Writing Adobe Swatch Exchange (ase) files using C#
The second in a two part series showing how to write Adobe Stack Exchange (ase) files using C#
In my last post, I described how to read Adobe Swatch
Exchange files using C#. Now I'm going to update that sample
program to save
ase files as well as load them.
I covered the basics of writing big-endian values in my original post on writing Photoshop aco files, so I'll not cover that again but only mention the new bits.
Firstly, we now need to store float values. I mentioned the
BitConverter.ToSingle does where it converts a
int to a pointer, and then the pointer to a
float. I'm going
to do exactly the reverse in order to write the float to a
stream - convert the
float to a pointer, then convert it to an
int, then write the bytes of the
We also need to store unsigned 2-byte integers, so we have another extension for that.
Finally, lets not forget our length prefixed strings!
I covered the format of an
ase file in the previous post, so I
won't cover that again either. In summary, you have a version
header, a block count, then a number of blocks - of which a
block can either be a group (start or end) or a colour.
Saving the version header is rudimentary
After this, we write the number of blocks, then cycle each group and colour in our document.
Writing a block is slightly complicated as you need to know - up
front - the final size of all of the data belonging to that
block. Originally I wrote the block to a temporary
MemoryStream, then copied the length and the data into the
real stream but that isn't a very efficient approach, so now I
just calculate the block size.
If you recall from the previous article, a group is comprised of
at least two blocks - one that starts the group (and includes
the name), and one that finishes the group. There can also be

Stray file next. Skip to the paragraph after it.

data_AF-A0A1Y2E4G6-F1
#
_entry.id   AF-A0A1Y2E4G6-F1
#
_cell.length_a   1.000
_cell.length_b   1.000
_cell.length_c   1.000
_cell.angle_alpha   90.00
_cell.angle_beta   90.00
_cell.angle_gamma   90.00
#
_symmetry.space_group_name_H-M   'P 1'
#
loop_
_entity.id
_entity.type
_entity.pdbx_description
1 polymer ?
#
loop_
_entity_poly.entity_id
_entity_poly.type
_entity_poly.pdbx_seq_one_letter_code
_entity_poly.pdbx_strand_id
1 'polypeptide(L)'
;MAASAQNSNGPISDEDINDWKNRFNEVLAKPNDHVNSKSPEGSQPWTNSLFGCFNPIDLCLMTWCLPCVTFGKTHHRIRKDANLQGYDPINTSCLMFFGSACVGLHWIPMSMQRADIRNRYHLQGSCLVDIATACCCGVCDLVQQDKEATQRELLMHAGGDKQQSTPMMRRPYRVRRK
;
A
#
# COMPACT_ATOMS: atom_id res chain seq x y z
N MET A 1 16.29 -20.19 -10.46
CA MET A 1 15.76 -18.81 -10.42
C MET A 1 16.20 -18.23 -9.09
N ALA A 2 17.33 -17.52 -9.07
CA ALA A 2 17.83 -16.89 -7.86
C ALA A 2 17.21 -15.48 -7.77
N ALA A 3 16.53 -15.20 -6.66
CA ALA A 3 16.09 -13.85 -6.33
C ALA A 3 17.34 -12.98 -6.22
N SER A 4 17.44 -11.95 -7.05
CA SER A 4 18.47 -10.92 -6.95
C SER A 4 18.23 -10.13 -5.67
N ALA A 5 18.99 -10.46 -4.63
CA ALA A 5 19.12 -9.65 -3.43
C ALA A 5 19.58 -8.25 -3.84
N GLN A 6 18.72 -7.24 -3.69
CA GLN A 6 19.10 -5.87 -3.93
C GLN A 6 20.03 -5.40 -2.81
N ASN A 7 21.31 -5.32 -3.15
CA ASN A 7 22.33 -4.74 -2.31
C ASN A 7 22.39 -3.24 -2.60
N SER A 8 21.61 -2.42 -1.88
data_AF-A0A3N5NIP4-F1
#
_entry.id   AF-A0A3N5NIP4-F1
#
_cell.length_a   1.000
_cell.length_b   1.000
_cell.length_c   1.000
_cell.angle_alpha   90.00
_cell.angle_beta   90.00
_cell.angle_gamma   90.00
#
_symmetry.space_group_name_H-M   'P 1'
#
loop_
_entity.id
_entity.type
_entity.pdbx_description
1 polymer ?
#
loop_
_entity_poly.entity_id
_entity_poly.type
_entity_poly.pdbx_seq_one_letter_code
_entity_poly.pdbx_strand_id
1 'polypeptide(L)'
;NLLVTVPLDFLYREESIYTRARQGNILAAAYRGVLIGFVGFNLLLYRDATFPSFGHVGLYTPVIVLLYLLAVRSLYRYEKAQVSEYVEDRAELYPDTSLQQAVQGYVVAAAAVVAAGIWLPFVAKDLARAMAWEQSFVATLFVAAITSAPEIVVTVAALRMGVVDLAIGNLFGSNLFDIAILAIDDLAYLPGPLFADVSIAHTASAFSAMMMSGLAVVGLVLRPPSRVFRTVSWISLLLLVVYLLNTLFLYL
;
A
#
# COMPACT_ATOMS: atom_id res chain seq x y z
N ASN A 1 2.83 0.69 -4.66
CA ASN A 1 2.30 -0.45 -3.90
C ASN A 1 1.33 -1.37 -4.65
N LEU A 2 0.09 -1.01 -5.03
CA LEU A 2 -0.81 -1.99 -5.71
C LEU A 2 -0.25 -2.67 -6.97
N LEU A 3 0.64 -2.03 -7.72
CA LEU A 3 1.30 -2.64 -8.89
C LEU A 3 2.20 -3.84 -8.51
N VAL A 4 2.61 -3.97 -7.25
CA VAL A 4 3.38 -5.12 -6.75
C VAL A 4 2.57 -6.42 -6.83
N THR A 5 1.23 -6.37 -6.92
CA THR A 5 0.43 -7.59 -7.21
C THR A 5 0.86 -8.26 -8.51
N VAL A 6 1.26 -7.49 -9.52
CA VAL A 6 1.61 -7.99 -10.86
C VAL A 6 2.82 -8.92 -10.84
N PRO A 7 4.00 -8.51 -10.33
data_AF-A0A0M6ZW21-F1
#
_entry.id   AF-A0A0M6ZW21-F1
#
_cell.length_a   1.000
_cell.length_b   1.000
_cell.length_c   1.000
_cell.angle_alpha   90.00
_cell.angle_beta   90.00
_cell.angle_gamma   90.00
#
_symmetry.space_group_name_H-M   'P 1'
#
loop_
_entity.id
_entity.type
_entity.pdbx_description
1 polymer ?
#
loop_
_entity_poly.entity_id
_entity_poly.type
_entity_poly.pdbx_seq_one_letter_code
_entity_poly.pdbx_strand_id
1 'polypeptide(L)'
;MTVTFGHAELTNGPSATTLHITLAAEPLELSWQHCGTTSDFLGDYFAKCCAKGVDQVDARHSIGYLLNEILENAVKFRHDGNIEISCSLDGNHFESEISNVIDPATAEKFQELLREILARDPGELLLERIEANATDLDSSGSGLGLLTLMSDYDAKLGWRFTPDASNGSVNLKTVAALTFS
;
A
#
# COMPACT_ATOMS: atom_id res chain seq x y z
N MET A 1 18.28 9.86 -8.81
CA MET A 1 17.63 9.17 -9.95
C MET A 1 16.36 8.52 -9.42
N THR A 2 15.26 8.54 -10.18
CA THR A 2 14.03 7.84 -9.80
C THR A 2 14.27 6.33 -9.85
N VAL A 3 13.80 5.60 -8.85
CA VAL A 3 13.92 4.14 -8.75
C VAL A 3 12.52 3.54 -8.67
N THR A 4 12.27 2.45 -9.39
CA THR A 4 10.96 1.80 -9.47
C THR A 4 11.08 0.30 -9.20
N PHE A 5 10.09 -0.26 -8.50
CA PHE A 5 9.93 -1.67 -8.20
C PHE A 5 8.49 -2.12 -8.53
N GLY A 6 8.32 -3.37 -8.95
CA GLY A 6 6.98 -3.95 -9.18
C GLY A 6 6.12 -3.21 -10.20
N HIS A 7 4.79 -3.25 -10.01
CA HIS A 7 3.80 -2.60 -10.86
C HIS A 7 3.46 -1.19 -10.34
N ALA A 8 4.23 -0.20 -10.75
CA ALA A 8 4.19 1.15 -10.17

any number of colour blocks in between. Potentially you can have
nested groups, but I haven't coded for this - I need to grab
myself a Creative Cloud subscription and experiment with
files, at which point I'll update these samples if need be.
Writing a colour block is fairly painless, at least for RGB
colours. As with loading an
ase file, I'm completely ignoring
the existence of Lab, CMYK and Gray scale colours.
When I originally tested this code, I added a simple compare
function which compared the bytes of a source
ase file with a
version written by the new code. For two of the three samples I
was using, this was fine, but for the third the files didn't
match. As this didn't help me in any way diagnose the issue, I
ended up writing a very basic (and inefficient!) hex viewer,
artfully highlighted using the same colours as the
description on sepla.net.
This allowed me to easily view the files side by side and be able to break the files down into their sections and see what was wrong. The example screenshot above shows an identical comparison.
With that third sample file, it was more complicated. In the first case, the file sizes were different - the hex viewer very clearly showed that the sample file has 3 extra null bytes at the end of the file, which my version doesn't bother writing. I'm not entirely sure what these bytes are for, but I can't imagine they are official as it's an odd number.
The second issue was potentially more problematic. In the screenshot above, you can see all the orange values which are the float point representations of the RGB colours, and the last byte of each of these values does not match. However, the translated RGB values do match, so I guess it is a rounding / precision issue.
When I turn this into something more production ready, I will probably store the original floating point values and write them back, rather than loosing precision by converting them to integers (well, bytes really as the range is 0-255) and back again.
The updated demonstration application is available for download below, including new sample files generated directly by the program.
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